If you a worried about missing out on the growth opportunities for independent consultants right now, then something’s off. Most likely, there is not enough demand or not too many buyers for what you do. Or simply your offer, and I do not want to mince words here, sucks.
I know that because the need for business consultants has stayed high during every economic downturn in the last 18 years. (See the graph from Google Trends below.)
But not all consultants are equal.
Positioning is key.
ROI consultants, for example, are just not as much searched for as sales consultants or business consultants.
There is more demand for HR consultants than there is for DEI consultants. Health consultants dwarf wellness consultants.
Do your research. Go to Google Trends and see how your title compares to others.
Bring it home to three needs
I started my consulting journey as an independent consultant for localization, which is the discipline of culturally adapting a product to international markets.
It turns out that not so many companies who need help, care for it unless I was able to tie my activities to:
- Increase in revenue,
- Reduction of cost,
- Improvement of relationships with clients, or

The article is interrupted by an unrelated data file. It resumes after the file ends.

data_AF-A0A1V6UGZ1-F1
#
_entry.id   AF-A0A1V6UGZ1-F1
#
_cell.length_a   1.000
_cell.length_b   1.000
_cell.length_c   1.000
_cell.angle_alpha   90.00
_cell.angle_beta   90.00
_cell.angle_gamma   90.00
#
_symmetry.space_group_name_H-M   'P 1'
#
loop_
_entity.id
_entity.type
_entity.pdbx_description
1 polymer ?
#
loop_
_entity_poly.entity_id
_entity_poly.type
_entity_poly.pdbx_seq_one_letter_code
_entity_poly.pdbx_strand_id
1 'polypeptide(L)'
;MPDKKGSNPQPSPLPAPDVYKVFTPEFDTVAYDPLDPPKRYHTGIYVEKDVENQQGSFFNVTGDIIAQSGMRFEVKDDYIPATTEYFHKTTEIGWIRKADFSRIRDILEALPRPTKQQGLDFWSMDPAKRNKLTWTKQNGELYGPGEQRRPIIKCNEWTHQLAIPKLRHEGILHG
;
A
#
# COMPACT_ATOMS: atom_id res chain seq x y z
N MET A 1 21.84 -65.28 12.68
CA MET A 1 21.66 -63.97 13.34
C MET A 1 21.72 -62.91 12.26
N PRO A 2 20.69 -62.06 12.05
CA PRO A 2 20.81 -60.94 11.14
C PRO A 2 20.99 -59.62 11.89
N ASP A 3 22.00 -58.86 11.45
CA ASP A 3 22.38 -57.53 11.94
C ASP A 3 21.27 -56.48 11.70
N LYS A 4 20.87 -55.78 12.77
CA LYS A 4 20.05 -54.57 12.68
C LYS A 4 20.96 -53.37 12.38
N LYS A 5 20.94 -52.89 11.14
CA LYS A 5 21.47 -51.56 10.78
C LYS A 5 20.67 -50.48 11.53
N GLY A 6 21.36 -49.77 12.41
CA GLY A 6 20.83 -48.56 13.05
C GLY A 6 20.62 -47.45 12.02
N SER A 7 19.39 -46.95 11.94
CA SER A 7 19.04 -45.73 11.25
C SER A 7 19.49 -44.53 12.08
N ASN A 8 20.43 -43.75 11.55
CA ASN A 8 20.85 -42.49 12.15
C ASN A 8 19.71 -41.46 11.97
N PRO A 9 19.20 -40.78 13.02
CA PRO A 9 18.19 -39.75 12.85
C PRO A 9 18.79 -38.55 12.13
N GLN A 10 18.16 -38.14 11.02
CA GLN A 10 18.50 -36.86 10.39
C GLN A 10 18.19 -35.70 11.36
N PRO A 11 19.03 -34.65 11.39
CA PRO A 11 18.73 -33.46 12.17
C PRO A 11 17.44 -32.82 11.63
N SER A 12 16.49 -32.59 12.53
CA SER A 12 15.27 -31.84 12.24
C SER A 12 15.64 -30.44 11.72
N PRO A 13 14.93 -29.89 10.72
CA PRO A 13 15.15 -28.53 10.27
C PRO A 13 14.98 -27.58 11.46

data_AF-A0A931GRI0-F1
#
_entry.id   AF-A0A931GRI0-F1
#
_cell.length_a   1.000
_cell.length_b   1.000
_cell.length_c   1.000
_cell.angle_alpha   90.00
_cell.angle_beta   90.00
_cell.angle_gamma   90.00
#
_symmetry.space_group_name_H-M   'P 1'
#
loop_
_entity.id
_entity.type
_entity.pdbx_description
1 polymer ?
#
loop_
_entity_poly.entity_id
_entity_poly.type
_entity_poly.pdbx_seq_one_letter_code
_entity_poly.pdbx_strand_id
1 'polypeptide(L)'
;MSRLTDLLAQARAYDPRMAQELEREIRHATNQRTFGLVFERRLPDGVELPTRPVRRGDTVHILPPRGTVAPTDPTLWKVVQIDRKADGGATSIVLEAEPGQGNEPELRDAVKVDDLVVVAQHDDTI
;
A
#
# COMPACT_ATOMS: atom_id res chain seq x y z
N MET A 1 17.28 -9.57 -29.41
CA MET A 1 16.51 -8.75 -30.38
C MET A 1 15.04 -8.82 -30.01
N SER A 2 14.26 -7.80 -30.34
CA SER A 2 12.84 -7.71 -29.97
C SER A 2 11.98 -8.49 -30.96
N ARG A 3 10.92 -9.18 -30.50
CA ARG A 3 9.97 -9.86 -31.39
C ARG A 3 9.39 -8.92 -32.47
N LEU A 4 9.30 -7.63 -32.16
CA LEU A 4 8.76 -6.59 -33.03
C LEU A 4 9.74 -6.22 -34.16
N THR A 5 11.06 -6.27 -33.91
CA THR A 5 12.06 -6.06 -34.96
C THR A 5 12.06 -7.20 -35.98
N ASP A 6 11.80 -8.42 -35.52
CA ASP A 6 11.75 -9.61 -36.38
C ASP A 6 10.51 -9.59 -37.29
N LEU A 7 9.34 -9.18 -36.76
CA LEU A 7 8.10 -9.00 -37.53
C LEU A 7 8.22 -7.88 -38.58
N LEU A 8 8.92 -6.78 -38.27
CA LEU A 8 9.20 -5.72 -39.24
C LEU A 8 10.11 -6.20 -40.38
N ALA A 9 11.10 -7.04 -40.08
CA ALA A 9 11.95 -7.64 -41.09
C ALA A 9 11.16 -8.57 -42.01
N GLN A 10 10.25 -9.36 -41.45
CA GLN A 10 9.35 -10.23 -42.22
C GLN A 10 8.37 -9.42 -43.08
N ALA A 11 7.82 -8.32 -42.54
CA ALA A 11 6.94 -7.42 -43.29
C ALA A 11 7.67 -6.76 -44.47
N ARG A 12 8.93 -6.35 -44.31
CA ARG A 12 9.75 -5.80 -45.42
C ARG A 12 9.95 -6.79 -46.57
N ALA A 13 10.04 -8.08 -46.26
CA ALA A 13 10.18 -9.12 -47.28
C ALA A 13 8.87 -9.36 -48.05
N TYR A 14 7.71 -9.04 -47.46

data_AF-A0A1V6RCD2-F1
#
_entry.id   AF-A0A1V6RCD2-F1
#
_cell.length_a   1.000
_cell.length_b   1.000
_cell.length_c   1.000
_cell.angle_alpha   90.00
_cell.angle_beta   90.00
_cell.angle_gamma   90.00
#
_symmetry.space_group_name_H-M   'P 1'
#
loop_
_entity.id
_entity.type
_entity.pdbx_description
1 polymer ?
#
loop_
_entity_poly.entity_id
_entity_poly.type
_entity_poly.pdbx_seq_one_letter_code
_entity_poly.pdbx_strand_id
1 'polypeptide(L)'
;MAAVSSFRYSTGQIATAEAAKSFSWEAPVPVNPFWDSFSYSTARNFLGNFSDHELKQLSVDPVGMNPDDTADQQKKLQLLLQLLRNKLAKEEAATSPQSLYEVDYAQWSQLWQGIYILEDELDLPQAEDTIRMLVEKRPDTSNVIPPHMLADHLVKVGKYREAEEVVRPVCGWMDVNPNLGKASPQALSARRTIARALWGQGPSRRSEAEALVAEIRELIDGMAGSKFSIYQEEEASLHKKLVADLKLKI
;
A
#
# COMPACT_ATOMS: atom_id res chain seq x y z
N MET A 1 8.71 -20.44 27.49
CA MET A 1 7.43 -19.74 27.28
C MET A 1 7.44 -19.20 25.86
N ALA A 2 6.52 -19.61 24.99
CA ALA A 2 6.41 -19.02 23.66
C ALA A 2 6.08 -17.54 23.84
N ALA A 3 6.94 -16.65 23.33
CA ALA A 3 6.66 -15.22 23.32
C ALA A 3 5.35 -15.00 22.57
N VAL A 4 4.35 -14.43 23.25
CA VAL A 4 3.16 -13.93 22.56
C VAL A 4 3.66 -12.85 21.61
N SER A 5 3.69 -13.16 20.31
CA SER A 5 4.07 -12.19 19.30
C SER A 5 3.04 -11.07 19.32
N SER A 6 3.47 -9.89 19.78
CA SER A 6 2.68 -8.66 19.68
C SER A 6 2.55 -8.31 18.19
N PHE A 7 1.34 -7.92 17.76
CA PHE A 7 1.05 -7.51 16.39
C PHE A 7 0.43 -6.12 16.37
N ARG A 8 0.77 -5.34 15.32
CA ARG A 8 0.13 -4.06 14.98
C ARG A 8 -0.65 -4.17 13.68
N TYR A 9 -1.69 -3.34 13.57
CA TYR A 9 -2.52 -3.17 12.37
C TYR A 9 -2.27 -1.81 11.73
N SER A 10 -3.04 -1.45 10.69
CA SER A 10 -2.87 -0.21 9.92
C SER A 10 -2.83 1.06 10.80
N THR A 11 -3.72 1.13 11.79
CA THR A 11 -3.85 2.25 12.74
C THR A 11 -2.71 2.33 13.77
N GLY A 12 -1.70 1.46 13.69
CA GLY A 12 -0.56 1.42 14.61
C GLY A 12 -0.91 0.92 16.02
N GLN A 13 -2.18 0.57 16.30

- Team productivity and wellness.
In other words, tie your activities to money, relationships, or health. Examples are:
- Money: Business consultants, sales consultants, and marketing consultants. ROI and OKR consultants don’t seem to be in demand that much.
- Relationships: HR consultants, leadership consultants, and relationship consultants lead the pack. While the need for DEI consultants is currently growing, it dwarfs compared to the top three in this category.
- Health: Health consultants seem to be what companies are looking for, but the term wellness consultant appears to resonate less. Feng Shui consultants? Forget about it in the business world.
See, for example, this comparison of consulting types on Google Trends.
Note that IT consultant and operational consultant are missing from my lists above. That’s not an oversight …
In the last 18 years, operational consultants have been at the bottom of the search list. So, if you are calling yourself the latter, consider making a change.
When it comes to IT consultants, I could have easily left them in their own category but didn’t. But I strongly believe that they need to connect their work to the Three Needs or they'll starve.
They can help companies reduce technical debt (money), improve collaboration between IT and the business (relationships), or reduce stress for agile development teams (health).
I suggest they act less like a corporate IT team who justifies their being based on the existence of technology. That’s like forecasting the weather because weather is here.
As an independent consultant, you have got to have a purpose and need.
Choose your toolkit
Nobody buys consulting let alone consulting hours. They buy the outcomes they want and shop for the consultant they believe can best help them get results.
The five tools independent consultants can offer are: